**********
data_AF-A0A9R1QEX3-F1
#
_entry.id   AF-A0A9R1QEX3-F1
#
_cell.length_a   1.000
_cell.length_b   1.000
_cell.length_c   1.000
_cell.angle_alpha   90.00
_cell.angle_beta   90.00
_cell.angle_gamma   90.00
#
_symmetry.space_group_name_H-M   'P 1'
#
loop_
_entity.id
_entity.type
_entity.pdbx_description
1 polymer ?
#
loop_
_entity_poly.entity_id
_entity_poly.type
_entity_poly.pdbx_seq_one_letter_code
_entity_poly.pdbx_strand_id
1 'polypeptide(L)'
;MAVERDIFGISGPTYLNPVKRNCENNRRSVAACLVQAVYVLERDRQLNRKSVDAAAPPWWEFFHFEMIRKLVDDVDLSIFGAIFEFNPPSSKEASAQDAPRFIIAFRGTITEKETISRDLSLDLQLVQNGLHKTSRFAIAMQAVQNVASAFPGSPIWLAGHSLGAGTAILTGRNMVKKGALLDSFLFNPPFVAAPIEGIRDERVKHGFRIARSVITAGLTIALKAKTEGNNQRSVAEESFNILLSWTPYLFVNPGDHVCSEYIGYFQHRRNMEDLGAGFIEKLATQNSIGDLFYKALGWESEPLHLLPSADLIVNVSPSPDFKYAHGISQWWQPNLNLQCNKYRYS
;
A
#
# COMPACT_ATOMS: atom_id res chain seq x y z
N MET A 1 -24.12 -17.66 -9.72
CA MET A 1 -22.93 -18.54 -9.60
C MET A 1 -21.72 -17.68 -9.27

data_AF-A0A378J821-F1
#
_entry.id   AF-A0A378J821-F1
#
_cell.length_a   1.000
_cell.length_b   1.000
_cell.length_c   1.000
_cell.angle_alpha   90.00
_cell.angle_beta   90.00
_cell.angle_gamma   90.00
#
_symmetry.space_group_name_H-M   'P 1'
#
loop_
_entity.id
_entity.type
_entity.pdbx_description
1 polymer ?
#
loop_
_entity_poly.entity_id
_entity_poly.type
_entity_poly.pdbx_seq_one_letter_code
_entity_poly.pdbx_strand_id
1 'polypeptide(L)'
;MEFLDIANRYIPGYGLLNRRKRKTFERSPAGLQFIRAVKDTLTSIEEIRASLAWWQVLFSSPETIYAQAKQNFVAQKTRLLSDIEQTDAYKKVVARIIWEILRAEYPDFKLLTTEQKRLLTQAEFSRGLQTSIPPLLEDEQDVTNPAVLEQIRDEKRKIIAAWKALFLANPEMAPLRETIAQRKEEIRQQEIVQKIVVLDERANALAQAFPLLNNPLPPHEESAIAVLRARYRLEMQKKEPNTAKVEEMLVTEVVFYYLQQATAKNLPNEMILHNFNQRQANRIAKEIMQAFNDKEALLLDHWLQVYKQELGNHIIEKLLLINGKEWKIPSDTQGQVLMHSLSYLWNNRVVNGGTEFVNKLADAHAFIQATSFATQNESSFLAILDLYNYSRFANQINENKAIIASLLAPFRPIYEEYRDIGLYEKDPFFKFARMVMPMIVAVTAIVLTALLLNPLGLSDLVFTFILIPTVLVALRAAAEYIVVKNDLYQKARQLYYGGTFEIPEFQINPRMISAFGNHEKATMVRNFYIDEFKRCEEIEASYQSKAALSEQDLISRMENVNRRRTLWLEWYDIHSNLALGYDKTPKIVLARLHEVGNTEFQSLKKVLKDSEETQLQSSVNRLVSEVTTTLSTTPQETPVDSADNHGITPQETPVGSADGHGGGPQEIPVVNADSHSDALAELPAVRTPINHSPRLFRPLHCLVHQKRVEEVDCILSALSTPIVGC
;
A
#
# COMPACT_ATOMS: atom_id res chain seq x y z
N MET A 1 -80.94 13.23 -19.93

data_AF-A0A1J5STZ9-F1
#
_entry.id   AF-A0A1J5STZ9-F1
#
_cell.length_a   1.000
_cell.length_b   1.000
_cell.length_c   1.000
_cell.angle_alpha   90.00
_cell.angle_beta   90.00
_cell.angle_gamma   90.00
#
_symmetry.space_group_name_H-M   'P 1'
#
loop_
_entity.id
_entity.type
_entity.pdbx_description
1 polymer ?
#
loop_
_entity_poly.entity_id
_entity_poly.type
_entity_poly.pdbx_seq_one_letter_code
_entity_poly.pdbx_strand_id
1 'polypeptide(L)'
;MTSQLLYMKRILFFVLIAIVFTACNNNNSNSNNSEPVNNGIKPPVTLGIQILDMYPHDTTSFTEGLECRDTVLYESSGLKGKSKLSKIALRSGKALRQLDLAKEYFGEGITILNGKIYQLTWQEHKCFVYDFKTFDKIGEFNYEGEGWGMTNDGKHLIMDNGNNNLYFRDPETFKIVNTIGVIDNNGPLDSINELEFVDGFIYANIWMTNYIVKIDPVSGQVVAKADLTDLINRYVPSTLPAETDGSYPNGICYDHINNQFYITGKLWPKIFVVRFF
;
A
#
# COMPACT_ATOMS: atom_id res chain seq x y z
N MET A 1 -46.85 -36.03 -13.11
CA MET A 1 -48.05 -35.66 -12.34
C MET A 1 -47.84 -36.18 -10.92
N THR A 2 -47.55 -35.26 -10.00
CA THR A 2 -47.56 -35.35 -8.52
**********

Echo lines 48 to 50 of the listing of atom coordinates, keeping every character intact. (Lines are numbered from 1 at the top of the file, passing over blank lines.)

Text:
_entity.id
_entity.type
_entity.pdbx_description